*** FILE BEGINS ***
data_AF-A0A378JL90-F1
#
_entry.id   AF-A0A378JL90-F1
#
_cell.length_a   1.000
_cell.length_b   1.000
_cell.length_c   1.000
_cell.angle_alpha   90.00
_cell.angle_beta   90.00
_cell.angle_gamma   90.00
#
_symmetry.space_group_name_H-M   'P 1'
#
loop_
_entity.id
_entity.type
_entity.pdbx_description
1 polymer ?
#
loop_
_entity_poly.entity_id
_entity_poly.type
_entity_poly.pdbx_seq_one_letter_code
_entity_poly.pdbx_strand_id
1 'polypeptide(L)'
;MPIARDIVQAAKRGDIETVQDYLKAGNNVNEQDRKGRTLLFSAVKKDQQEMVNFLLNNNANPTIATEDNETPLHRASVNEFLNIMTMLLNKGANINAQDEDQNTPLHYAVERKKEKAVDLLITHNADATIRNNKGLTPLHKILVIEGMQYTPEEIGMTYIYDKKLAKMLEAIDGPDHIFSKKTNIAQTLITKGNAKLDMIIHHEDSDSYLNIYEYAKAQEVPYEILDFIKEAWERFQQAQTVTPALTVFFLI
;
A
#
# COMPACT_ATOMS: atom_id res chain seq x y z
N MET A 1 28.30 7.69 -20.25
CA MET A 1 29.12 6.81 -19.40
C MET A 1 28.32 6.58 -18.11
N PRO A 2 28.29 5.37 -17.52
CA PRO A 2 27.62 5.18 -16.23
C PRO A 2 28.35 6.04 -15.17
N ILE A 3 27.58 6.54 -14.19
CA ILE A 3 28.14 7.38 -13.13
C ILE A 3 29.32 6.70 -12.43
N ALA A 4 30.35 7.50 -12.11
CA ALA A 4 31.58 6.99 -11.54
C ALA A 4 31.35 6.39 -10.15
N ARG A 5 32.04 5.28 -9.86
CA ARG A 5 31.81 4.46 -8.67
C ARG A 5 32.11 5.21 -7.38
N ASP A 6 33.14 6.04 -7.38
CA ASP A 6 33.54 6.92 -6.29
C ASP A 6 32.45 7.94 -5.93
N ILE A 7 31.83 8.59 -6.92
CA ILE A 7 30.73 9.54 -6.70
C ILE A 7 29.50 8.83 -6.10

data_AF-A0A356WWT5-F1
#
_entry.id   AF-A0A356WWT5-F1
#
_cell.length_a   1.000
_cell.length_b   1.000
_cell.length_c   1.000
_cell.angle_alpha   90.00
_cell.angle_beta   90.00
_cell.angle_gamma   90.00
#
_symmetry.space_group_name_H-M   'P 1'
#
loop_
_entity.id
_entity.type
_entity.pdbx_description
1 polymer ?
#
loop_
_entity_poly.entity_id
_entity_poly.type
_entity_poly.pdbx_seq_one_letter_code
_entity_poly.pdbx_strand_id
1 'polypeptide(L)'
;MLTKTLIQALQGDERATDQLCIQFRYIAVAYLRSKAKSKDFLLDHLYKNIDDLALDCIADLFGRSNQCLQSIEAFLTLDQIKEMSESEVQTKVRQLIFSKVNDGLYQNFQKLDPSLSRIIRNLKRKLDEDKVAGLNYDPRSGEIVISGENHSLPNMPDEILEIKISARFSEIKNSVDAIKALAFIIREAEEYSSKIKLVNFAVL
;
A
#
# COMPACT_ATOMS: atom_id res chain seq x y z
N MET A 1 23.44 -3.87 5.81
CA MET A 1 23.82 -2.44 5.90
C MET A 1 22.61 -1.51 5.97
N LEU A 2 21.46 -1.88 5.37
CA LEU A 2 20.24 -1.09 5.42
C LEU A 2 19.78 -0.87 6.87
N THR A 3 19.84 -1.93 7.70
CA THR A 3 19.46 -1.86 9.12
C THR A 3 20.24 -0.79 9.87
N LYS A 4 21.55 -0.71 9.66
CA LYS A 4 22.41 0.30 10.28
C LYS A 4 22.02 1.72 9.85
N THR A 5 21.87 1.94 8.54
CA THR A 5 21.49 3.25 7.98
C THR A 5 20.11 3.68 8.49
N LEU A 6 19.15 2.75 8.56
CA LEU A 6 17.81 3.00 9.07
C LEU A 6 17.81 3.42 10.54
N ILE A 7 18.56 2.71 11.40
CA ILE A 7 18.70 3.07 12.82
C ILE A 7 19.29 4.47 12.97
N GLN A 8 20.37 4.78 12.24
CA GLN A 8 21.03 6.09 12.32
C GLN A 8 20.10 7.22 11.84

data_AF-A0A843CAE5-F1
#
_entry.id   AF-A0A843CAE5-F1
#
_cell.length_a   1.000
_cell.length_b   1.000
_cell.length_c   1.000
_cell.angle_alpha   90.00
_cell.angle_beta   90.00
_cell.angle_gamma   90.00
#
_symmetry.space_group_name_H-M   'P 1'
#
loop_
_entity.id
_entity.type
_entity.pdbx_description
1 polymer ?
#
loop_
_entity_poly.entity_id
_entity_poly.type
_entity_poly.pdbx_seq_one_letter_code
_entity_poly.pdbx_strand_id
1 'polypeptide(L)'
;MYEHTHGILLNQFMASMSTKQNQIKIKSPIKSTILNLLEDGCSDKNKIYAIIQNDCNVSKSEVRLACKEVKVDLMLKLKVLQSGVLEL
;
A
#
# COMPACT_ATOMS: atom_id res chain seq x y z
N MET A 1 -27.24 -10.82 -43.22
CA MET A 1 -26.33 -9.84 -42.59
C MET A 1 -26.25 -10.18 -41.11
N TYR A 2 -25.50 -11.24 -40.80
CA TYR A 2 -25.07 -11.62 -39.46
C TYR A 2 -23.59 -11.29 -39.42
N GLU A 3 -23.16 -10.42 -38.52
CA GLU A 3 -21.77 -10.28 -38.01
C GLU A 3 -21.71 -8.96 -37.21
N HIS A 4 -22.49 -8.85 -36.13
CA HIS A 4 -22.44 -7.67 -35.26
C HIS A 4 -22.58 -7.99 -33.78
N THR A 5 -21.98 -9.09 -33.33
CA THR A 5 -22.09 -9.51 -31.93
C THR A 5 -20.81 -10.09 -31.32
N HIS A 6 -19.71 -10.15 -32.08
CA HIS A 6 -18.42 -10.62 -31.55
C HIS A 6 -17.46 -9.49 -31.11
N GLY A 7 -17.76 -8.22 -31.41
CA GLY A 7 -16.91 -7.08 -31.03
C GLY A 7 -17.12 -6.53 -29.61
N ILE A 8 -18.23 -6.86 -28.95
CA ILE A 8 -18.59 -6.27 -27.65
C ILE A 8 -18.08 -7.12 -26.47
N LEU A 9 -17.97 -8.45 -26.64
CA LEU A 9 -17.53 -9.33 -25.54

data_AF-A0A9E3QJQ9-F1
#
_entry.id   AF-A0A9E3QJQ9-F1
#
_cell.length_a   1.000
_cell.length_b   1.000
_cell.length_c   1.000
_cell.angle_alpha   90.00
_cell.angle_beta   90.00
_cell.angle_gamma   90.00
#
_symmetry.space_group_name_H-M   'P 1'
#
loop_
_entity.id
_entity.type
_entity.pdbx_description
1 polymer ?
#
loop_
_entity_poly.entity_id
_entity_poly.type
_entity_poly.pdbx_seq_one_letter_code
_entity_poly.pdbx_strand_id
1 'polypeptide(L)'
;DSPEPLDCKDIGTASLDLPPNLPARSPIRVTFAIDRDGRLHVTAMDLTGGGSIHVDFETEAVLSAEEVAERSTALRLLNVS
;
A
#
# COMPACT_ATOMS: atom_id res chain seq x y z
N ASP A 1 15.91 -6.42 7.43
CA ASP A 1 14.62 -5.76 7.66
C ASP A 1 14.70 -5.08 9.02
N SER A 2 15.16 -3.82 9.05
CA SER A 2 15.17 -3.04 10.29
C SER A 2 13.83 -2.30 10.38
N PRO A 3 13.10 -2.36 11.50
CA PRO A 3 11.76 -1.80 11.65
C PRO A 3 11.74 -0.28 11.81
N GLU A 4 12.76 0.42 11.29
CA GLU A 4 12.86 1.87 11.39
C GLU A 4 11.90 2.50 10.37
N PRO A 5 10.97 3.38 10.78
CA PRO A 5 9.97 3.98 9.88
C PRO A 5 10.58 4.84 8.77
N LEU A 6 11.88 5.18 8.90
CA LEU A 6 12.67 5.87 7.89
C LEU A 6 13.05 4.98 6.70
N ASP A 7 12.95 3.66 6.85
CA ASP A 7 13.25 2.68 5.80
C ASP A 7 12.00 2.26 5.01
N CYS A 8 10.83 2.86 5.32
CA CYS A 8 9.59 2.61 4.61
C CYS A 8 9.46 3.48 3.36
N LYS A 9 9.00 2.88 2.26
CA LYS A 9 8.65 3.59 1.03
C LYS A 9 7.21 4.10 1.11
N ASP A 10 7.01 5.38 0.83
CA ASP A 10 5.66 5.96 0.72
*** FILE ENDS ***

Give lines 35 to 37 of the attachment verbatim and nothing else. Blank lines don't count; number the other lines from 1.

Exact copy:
CA PRO A 2 27.62 5.18 -16.23
C PRO A 2 28.35 6.04 -15.17
N ILE A 3 27.58 6.54 -14.19